Charles Aris senior vice president Greg Harper and senior marketing associate Sydney Olszewski sat down to discuss best practices and the most effective ways in which to welcome your organization's new team members.
Sydney: You've hired top talent for mission-critical roles in your organization. What should you and your team do to properly prepare for their arrival?
Greg: While you shouldn’t share anything proprietary, consider sending your new team member some nonconfidential documents to keep them up to speed on what a few of their first projects may be, the timeline and whom they’ll be working with most closely (including links to their profiles). You could even ask these employees to reach out to the new team member so when they arrive they’re already familiar with several key colleagues, reducing first-day anxiety.
Q: What are some common mistakes or misconceptions in the onboarding process? Any specific scenarios for hiring authorities and their welcome teams to avoid?
The biggest mistake I’ve seen is hiring authorities assuming that this new team member knows exactly where to go and what to do on the first day. This isn’t true. The process isn’t over starting day one; it’s just beginning. You should assign them a buddy (whether a peer in the group, or someone that has been promoted and used to be in that same exact role) to be with them throughout the full day. Make them feel just as welcomed during their first day as they did when they interviewed. Once they've been in the organization for a while, help them be that mentor for someone else. They’ve gained all this wisdom and have been through the process, so you need to make sure they're passing that along to others in your organization as they come on board.
Q: Your new hires just completed their first day. Now what? How long does the onboarding period last?
Onboarding never stops. If you want to keep A-level employees on your team, you have to keep giving them feedback. Just because someone is performing well, it doesn’t mean they’re done getting feedback. It should be continuous. Feedback – positive and constructive – from superiors is the best way to keep them going. That's one thing Charles Aris succeeds at: We catch people when they're unsure. They know they're achieving but they may not be getting enough feedback. Once we give that to them, both positives and things to grow on, performance tends to rise further. Continued training is a must. Each team member should have this available to them throughout their career. The last thing I’ll mention on this: The millennial generation is only growing in the workplace, and these individuals desire feedback and affirmation, so make sure you're providing that.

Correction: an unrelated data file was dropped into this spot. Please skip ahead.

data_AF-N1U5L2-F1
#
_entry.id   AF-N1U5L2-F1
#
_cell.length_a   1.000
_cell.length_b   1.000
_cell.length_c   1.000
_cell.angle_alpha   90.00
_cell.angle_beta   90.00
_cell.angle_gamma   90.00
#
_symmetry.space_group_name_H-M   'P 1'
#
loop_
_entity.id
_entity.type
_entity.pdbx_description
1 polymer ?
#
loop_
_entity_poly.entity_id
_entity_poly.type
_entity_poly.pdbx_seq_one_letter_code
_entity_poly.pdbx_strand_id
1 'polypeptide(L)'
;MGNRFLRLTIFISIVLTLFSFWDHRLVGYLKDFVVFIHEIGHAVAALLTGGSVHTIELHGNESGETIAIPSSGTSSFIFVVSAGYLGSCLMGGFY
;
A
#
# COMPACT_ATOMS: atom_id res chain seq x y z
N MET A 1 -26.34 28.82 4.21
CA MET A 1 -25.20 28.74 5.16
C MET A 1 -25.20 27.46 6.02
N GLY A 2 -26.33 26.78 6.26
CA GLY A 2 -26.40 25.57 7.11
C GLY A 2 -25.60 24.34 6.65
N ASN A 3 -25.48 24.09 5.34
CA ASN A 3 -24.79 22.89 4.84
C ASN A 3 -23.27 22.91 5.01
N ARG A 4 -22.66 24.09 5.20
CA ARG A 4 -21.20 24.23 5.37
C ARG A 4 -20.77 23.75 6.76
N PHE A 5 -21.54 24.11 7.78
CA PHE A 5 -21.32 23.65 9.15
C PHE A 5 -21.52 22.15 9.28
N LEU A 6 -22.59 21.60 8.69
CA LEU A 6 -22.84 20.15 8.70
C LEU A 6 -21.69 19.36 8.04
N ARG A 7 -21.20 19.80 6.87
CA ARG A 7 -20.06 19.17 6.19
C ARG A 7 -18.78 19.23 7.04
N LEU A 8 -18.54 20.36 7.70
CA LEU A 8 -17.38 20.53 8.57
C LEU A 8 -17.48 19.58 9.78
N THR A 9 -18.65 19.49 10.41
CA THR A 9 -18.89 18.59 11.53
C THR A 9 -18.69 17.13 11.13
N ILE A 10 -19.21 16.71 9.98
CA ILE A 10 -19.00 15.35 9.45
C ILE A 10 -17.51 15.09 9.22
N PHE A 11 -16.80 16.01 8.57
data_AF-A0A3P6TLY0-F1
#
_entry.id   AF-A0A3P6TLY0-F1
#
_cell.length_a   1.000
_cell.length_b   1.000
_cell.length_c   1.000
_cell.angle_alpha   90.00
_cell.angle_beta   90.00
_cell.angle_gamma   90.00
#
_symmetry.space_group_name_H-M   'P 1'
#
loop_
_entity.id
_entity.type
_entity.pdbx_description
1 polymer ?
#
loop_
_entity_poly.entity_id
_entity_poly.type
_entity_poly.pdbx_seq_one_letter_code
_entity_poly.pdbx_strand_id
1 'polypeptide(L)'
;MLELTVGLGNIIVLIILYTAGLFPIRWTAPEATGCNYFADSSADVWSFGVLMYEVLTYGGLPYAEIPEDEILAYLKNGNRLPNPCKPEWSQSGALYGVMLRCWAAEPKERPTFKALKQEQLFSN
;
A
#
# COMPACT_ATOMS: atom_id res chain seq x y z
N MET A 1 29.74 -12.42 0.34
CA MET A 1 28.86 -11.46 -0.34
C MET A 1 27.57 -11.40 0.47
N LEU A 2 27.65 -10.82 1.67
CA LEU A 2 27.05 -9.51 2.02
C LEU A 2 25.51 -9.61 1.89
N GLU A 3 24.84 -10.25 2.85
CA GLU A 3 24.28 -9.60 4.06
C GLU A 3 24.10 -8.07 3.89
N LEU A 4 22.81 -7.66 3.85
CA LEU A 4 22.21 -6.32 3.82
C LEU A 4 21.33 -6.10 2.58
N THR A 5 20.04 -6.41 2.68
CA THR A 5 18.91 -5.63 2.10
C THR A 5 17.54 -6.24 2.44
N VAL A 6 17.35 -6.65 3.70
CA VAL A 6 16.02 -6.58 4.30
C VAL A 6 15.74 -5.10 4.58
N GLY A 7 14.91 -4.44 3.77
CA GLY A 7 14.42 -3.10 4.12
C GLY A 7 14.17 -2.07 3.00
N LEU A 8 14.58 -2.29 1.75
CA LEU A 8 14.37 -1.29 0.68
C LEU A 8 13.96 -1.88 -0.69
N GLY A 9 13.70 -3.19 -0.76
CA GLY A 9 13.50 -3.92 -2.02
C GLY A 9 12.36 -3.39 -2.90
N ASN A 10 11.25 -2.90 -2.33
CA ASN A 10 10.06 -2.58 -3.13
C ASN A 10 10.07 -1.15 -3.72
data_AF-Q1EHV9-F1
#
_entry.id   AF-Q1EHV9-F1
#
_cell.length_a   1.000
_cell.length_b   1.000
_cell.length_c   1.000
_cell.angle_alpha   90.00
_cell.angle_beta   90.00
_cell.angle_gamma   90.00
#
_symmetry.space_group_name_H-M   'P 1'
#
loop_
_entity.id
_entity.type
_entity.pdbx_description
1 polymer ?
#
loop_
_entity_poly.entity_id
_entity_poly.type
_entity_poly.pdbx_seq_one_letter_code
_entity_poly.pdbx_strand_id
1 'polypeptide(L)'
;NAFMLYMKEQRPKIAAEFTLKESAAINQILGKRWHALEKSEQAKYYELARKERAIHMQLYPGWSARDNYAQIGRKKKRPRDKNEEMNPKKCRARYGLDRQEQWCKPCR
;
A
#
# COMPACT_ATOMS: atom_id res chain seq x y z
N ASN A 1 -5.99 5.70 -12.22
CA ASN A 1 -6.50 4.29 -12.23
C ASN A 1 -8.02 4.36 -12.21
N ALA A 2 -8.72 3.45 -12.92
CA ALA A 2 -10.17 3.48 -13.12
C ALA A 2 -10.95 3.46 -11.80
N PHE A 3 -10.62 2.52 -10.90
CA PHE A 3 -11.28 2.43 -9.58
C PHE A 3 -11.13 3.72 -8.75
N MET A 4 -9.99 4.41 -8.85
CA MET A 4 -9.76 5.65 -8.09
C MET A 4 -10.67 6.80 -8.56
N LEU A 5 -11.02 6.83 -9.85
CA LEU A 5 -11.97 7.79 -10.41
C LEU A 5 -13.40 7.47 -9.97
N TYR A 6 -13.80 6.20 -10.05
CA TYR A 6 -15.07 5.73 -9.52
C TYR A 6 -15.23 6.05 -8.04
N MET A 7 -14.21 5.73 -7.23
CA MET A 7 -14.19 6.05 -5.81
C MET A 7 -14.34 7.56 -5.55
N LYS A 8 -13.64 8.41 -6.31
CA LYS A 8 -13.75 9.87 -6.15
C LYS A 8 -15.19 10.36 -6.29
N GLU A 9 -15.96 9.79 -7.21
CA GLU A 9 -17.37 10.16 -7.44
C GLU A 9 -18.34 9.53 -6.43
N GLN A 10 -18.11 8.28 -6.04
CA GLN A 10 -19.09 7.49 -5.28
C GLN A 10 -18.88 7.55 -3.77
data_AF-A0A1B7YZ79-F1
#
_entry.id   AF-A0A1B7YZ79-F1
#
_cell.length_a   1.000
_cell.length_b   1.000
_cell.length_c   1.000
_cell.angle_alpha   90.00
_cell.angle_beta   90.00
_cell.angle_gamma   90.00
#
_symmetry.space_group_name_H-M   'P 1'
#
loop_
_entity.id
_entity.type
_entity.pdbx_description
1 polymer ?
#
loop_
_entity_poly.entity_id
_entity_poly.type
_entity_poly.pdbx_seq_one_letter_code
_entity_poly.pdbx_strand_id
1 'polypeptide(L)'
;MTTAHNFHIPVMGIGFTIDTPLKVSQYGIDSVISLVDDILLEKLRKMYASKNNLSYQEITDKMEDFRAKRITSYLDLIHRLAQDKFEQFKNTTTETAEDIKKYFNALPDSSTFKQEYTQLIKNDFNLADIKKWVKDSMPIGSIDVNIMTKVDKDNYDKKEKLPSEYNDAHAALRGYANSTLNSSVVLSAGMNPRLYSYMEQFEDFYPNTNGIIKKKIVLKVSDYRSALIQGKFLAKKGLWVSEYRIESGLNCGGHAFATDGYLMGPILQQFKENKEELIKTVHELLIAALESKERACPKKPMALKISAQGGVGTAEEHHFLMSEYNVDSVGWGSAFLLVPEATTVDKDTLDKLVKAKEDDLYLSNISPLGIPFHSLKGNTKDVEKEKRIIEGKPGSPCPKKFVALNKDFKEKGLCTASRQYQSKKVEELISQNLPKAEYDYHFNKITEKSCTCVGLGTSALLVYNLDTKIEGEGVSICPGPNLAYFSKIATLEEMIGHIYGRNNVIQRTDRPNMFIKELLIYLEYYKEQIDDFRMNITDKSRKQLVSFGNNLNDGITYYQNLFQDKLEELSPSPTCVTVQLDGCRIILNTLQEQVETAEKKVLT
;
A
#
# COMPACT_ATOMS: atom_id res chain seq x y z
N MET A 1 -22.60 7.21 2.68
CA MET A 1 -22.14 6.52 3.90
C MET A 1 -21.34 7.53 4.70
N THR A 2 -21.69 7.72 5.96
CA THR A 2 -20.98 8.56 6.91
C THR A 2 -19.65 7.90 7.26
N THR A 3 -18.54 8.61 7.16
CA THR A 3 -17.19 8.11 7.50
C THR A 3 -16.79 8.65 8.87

Q: How can organizations and newcomers keep the onboarding momentum going? What are some best practices to ensure an effective progression from onboarding to continuous learning and development?
First, you have to create a formal onboarding process. It’s shocking, but a lot of organizations don't have that. New employees show up on day one and current team members just wing it. If you look at GlassDoor and see the companies in the Top 50, I guarantee they have a formalized, systematic onboarding process for new team members. Keep in mind it's continual. Even if new team members are two or three layers removed from senior leadership, you want people with high potential to have access to those senior leaders – and vice versa. Invite them to observe meetings so they can see how they're conducted, and start to get exposure to more senior-level leaders.
Q: What should hiring authorities and their welcome teams ask for and expect from newcomers in preparation for day one, during orientation and training, and after onboarding is completed?
Participation is key. Once a hire is made, many organizations feel like all that person's questions have been answered. They're really just starting. Here at Charles Aris, if the new team member is waiting more than two weeks to start, we try to talk to them every two or three days to make sure they're still comfortable with the decision. On day one, they should bring a list of questions to ask. (And I say to the new hires themselves: Don’t be afraid to let those who are helping in your onboarding process know how you learn best. At the end of the day, we want to make this the best experience for you, but you have to show up open minded and ready to learn.) Onboarding isn't just the first 90 days; it depends on the role. Initial training could last months, so make sure as a hiring authority that you’re upfront about this with your new team members. Be clear about what you expect out of them for the first 30 days, 60 days and 90 days. What should they have accomplished in this time period?
Q: What else would you like to share with professionals who are well versed in welcoming and supporting newcomers as they become fully functioning colleagues?
Do anything you can to take the anxiety off the new team member on day one: everything from where they park, what door they should enter, who’s going to meet them. This really helps with the first week and all the stress that can come along with it!